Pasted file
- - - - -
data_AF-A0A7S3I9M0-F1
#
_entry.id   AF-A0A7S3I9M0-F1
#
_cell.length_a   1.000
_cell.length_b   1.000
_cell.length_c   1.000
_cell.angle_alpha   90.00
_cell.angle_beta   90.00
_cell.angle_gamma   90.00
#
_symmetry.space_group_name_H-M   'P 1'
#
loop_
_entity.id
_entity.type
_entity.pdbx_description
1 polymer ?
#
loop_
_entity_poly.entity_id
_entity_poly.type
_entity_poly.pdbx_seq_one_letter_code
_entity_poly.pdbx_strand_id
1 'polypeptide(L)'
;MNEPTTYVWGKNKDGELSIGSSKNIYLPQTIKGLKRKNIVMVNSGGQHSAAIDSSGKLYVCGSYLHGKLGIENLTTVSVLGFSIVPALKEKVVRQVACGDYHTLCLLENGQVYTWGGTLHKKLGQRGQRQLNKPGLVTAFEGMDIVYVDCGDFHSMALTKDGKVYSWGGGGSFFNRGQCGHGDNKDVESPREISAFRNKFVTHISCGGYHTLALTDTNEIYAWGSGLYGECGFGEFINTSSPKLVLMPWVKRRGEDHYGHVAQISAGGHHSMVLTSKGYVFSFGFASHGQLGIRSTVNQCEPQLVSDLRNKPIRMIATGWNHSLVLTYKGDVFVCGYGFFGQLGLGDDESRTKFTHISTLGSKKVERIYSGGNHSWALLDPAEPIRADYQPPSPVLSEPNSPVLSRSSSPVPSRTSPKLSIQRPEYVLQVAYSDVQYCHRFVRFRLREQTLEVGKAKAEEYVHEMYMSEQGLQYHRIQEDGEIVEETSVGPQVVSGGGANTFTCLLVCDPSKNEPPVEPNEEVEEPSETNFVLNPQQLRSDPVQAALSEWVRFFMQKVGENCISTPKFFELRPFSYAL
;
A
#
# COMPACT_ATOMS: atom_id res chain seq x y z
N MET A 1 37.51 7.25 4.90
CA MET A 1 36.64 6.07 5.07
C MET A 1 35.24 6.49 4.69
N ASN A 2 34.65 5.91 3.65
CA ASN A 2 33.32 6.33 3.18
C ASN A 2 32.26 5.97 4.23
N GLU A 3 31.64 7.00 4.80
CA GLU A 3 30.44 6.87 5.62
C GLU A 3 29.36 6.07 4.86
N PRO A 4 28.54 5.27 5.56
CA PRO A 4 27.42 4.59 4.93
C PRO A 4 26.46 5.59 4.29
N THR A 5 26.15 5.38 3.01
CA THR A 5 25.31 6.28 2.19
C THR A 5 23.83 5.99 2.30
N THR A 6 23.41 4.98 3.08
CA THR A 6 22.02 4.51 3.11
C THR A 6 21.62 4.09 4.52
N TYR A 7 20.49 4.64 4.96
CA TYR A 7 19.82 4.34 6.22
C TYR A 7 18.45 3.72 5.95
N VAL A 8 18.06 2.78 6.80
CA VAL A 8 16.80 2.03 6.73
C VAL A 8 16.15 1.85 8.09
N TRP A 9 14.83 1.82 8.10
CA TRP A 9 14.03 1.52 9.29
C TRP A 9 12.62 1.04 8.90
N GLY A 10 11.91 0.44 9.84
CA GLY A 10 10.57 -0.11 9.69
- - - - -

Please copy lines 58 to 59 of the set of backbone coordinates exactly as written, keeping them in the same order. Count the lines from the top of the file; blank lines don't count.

N GLY A 10 11.91 0.44 9.84
CA GLY A 10 10.57 -0.11 9.69